This is one of my favourites. A travel sized can of aerosol body spray is a very effective (and legal) substitute for mace or pepper spray. There are some other legal alternatives but body spray is available in many shops and it's not expensive. I've taken body spray to the eyes before and I can personally guarantee that it's debilitating. Use it at arms length, straight to the attackers face and make a swift exit; don't forget to call the police as soon as you're safe to inform them of the attack and possible casualty. DON'T stop to try and administer first aid yourself and shout to anyone in the immediate area that this person just attacked you. Bear in mind that there's a chance you could blind your attacker so be responsible and don't use this unless you're in genuine danger.
Your phone is really a very valuable personal safety tool. This doesn't mean you should flaunt it to the world (or you're asking to be mugged) but it could get you out of a sticky situation. Not just useful for contacting the emergency services, you should be using it to let a trusted person know where you are, when you're setting off on a journey and what time you expect to arrive. There are also a number of personal safety apps that you might find useful. Don't wander along the road absorbed in texting or gaming, it makes you a very easy and appealing target, especially if you're rocking a hot piece of bling like this...
A torch, in my opinion, is one of the most important of tools to have on you - a small one will do. Useful for checking dark areas or lighting your footing, especially in the winter when it gets dark very early. A torch makes fiddly jobs like getting a key into a lock in the dark a doddle - when all your attention is focussed on something quite small is when you're most at risk so make sure you can see what you're doing to speed up the process. Many LED torches also come with a flashing function, which is great for signalling your whereabouts if you need to be found - cycling head torches are a prime example. You don't have to spend a lot, I got mine for the princely sum of £1 from a thrift shop which shall remain nameless.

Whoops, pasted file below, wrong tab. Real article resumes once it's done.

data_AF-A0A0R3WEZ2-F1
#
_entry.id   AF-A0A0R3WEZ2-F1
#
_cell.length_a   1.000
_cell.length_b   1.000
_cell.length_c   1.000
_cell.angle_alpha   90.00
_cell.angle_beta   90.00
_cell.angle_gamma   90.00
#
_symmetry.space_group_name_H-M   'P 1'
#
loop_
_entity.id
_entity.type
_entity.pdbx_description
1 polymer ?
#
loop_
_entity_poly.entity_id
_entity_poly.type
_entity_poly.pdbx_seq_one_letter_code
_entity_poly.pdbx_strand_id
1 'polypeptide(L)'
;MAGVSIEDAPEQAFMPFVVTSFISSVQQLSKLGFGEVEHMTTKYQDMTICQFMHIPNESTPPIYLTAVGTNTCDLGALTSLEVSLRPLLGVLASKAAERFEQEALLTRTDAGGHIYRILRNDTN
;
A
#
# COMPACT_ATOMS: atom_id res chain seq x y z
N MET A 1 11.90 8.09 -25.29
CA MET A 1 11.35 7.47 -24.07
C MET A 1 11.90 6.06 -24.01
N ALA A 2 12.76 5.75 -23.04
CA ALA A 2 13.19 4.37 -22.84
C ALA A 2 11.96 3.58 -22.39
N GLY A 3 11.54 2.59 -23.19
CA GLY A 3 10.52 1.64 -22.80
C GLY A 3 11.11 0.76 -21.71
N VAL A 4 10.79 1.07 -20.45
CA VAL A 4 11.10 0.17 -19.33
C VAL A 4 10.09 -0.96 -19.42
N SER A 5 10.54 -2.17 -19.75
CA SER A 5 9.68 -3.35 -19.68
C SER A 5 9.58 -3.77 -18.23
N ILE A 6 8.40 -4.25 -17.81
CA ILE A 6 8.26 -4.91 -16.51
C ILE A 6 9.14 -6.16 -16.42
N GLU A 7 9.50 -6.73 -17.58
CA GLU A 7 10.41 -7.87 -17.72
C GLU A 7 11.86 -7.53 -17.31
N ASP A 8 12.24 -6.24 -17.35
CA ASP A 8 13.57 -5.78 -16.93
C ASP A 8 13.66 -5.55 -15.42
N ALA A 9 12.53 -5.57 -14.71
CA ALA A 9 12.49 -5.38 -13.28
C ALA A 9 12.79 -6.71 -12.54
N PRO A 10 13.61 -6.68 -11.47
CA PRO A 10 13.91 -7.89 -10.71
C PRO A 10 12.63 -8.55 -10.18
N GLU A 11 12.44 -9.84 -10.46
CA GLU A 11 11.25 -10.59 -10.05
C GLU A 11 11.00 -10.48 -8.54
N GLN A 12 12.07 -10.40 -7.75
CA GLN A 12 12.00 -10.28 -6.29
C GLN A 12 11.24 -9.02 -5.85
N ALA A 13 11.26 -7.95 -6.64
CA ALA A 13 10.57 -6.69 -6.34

Whistles are very small and can be kept on your keyring or in your bag. The point is to make lots of noise. You can get personal alarms or small air horn style alarms as well which do the same job. There are pros and cons to each option - I'd say the air horn is the weakest of the three options so go for an alarm, whistle or both. You should make as much noise as you can vocally as well in an attack situation.
A sharp pencil or ball point pen can be an effective close range weapon if you get grabbed, plus they're legal to carry. Aim for soft and / or vital areas such as the throat or eyes; if you're not in a position to be choosey about your target then jab it in wherever you can and be ready to struggle free and run. You need to be aware that stabbing an attacker in this manner, even if it's with a pen or pencil, can result in fatality so it's a method you should only resort to if you're in genuine danger.
Ever heard the term 'handbagging'? If you have a bag with a strap and a bit of weight in it you can use it very effectively to strike and to help maintain distance between you and your attacker. Aim for your attacker's head: it's instinct to throw up your arms and protect your face when an object comes towards it at speed, which is a good chance for you to get out of dodge. Besides, you need something to keep the other bits of your survival kit in! I'd also like to make it clear that I'm not condoning the use of handbags for acts of vigilanteism, as seen in this video.